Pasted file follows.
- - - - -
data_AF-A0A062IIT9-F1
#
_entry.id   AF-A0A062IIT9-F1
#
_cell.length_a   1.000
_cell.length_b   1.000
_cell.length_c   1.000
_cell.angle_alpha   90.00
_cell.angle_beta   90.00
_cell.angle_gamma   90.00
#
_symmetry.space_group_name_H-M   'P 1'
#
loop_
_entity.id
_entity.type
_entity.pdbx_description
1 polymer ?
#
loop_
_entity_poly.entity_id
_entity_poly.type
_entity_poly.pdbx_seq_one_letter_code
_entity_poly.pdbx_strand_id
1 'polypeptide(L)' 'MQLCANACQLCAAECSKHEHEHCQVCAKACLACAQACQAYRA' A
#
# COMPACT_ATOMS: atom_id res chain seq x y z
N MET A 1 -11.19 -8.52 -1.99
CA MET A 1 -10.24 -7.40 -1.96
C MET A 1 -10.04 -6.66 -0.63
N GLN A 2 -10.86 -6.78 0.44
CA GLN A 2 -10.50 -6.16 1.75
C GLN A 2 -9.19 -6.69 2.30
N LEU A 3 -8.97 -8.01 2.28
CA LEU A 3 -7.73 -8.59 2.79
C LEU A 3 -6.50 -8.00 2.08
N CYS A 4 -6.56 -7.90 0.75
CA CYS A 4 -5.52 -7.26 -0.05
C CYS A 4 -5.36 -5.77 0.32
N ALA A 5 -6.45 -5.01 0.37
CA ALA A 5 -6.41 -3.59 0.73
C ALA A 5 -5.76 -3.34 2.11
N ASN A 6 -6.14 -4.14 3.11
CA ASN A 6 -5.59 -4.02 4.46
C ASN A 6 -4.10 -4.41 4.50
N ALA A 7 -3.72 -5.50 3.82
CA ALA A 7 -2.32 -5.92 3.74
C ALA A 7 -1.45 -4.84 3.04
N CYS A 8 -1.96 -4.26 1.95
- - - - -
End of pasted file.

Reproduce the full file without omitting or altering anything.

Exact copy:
data_AF-A0A062IIT9-F1
#
_entry.id   AF-A0A062IIT9-F1
#
_cell.length_a   1.000
_cell.length_b   1.000
_cell.length_c   1.000
_cell.angle_alpha   90.00
_cell.angle_beta   90.00
_cell.angle_gamma   90.00
#
_symmetry.space_group_name_H-M   'P 1'
#
loop_
_entity.id
_entity.type
_entity.pdbx_description
1 polymer ?
#
loop_
_entity_poly.entity_id
_entity_poly.type
_entity_poly.pdbx_seq_one_letter_code
_entity_poly.pdbx_strand_id
1 'polypeptide(L)' 'MQLCANACQLCAAECSKHEHEHCQVCAKACLACAQACQAYRA' A
#
# COMPACT_ATOMS: atom_id res chain seq x y z
N MET A 1 -11.19 -8.52 -1.99
CA MET A 1 -10.24 -7.40 -1.96
C MET A 1 -10.04 -6.66 -0.63
N GLN A 2 -10.86 -6.78 0.44
CA GLN A 2 -10.50 -6.16 1.75
C GLN A 2 -9.19 -6.69 2.30
N LEU A 3 -8.97 -8.01 2.28
CA LEU A 3 -7.73 -8.59 2.79
C LEU A 3 -6.50 -8.00 2.08
N CYS A 4 -6.56 -7.90 0.75
CA CYS A 4 -5.52 -7.26 -0.05
C CYS A 4 -5.36 -5.77 0.32
N ALA A 5 -6.45 -5.01 0.37
CA ALA A 5 -6.41 -3.59 0.73
C ALA A 5 -5.76 -3.34 2.11
N ASN A 6 -6.14 -4.14 3.11
CA ASN A 6 -5.59 -4.02 4.46
C ASN A 6 -4.10 -4.41 4.50
N ALA A 7 -3.72 -5.50 3.82
CA ALA A 7 -2.32 -5.92 3.74
C ALA A 7 -1.45 -4.84 3.04
N CYS A 8 -1.96 -4.26 1.95